March 16, 2008

Oh, the possibilities for the Wildcats

After an effortless stroll through the first five rounds of the NCAA Tournament, Kansas State, an 11 seed, has defeated Duke to win its first-ever national championship … according to [/db]Michael Beasley's bracket that is. The K-State super freshman filled out a copy the everybody's favorite tournament tree in ink within minutes of the tournament field being announced Sunday, and just like that, the results were in.

"It feels great to beat Duke for the national championship," Beasley said with a playful grin, "I still haven't filled in the MVP yet, though."

And it doesn't take many guesses to figure out the name Beasley decided to scribble in the lone remaining blank.

"It's me, of course," he said.

It may have been smiles and jokes all around with this K-State team Sunday, but making that kind of prophecy come true, will take more than the one hand and two minutes it took Beasley to fill out his blank bracket. This is unexplored territory for most in the Wildcats' locker room after all.

Despite being selected for 23 NCAA Tournaments, K-State has not been in a situation like this since 1996, and preparing for such a foreign experience will become paramount in the hours ahead. Just days remain until the Wildcats must depart for Omaha, Neb. to play underdog to a sixth-seeded USC team that finished the season with 21 wins. Being placed in the Midwest Region, however, will provide at least some advantage for the Wildcats, who will likely play in front of an exceptionally friendly crowd in the tournament's opening rounds.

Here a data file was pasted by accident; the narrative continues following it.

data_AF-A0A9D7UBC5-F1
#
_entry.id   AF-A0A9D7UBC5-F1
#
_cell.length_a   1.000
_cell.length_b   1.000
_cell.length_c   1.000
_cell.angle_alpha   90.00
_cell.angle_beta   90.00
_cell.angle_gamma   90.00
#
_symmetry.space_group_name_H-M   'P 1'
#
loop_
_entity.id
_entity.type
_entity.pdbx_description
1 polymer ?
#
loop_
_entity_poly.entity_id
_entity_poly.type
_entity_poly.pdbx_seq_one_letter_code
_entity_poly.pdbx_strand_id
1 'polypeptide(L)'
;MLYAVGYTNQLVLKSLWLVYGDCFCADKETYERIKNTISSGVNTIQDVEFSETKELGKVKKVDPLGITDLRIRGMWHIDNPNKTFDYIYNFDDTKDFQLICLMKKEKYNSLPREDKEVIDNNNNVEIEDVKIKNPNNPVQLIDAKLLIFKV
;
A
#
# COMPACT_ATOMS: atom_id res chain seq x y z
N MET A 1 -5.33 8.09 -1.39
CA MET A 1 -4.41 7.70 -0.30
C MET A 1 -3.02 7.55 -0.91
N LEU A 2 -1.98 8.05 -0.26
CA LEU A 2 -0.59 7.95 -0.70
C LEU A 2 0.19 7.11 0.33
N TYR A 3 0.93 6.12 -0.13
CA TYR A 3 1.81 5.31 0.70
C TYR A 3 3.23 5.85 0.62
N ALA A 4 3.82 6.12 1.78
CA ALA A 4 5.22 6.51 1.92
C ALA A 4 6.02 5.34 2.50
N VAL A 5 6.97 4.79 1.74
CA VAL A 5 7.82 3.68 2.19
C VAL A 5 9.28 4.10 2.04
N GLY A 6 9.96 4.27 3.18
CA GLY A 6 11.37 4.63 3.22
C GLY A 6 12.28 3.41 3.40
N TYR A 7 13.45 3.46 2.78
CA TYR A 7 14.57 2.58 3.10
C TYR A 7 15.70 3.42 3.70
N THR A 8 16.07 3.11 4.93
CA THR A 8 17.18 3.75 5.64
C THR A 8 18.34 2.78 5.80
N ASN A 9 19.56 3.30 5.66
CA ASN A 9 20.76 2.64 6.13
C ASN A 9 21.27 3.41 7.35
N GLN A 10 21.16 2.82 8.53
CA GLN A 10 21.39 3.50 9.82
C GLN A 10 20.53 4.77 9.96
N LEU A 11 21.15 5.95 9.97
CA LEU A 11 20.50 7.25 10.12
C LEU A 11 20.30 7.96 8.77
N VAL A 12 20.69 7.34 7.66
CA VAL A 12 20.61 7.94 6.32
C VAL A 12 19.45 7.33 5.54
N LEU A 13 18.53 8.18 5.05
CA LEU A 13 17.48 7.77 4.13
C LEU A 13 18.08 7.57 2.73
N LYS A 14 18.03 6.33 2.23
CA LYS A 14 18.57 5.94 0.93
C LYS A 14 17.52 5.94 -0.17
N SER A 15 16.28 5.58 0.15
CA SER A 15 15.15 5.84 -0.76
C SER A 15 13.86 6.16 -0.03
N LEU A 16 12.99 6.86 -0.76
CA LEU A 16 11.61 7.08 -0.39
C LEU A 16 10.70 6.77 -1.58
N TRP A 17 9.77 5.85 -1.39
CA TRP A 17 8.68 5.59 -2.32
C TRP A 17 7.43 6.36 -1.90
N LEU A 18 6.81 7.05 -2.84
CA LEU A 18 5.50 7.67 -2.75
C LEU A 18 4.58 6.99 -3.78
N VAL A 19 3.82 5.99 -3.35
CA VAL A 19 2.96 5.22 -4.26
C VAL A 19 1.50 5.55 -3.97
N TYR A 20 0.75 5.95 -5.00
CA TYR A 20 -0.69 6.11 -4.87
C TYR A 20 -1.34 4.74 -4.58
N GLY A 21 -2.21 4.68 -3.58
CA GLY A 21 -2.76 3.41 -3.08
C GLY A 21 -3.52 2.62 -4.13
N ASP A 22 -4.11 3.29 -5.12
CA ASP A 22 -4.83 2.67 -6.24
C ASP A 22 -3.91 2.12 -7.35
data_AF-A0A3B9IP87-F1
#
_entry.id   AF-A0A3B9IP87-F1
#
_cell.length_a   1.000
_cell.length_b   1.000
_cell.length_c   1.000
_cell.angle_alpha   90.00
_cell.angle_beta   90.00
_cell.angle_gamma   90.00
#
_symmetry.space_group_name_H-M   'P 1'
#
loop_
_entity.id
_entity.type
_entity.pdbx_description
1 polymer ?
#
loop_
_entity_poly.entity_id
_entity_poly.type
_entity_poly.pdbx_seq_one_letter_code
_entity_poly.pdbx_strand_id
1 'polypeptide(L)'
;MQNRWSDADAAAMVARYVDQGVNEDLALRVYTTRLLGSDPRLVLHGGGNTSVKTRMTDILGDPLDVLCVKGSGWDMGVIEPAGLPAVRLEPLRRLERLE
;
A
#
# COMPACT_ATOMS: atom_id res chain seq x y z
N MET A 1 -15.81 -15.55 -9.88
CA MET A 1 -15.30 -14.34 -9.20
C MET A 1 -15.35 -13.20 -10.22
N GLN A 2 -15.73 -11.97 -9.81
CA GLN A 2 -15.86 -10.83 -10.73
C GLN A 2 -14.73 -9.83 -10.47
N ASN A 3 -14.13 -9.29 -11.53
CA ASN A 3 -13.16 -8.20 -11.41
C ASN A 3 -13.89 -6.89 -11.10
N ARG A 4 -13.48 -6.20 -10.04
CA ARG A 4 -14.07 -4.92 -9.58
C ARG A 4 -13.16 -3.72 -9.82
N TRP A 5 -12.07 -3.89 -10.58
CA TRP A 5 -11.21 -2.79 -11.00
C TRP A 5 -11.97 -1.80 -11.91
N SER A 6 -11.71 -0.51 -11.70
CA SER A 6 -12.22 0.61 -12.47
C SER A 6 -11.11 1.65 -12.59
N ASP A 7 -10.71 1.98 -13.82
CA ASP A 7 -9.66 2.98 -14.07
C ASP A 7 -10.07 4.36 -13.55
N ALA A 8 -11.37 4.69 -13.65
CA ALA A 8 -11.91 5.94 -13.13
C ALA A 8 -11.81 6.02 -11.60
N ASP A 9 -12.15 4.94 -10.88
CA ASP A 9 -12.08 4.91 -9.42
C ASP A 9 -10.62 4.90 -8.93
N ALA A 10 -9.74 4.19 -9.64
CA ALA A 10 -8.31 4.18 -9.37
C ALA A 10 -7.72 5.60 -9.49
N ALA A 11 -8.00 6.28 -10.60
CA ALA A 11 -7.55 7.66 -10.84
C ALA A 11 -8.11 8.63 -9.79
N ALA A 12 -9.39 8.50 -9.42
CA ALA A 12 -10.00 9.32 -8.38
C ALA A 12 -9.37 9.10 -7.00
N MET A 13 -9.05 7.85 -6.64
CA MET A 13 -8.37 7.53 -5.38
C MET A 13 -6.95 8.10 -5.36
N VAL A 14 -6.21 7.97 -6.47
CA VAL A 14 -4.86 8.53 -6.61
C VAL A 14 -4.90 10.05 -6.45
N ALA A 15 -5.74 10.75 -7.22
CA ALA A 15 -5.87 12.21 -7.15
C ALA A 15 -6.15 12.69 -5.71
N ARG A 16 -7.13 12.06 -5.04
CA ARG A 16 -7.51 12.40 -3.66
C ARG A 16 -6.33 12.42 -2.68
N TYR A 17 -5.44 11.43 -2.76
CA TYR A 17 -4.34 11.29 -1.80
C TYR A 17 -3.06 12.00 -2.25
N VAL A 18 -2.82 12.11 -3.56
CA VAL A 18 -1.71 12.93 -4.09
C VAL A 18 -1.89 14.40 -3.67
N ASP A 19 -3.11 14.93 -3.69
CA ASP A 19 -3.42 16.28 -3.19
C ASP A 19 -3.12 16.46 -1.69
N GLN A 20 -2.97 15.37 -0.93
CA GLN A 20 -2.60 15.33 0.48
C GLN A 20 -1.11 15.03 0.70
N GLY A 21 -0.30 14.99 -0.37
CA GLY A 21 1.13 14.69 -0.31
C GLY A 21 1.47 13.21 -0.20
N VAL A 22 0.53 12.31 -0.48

"I'm ecstatic," said K-State head coach [db]Frank Martin of his team's geographical placement. "We have to have the most loyal, faithful fans that I know of. I have no doubt in my mind that there is going to be a lot of purple in those stands."

"Hopefully this will turn into a home game for us," said K-State point guard Jacob Pullen. "We're not that far away from Kansas, and we have loyal fans. Hopefully they'll all make the trip."

The relief in the eyes of every K-State player after seeing their school's name called early in Sunday's NCAA Tournament Selection Show was the sharpest of all contrasts to the almost tangible disappointment that consumed the squad a year ago, when it was informed of its selection to "the other" post-season tournament, and the drastic change was more than welcome.

"I've never been in this tournament," said Kansas State freshman Bill Walker. "(When they called our name), I jumped up like I was a father. It was like I had just had a baby or something. I was happy."

So this is it. From now on, there will be no gray area. There are no more committees to impress or resumes to improve. Now, it's six games to the finish, and things couldn't be more cut and dry.

"From this point on, it's about surviving and moving on," Martin said. "It's not about being perfect. It's not about motivational speeches. It's about figuring out a way to survive."

Aside from survival, K-State's placement in the bracket is not without its share of possible side stories, starting with the obvious first-round pairing of two freshmen that once shared a sandbox.

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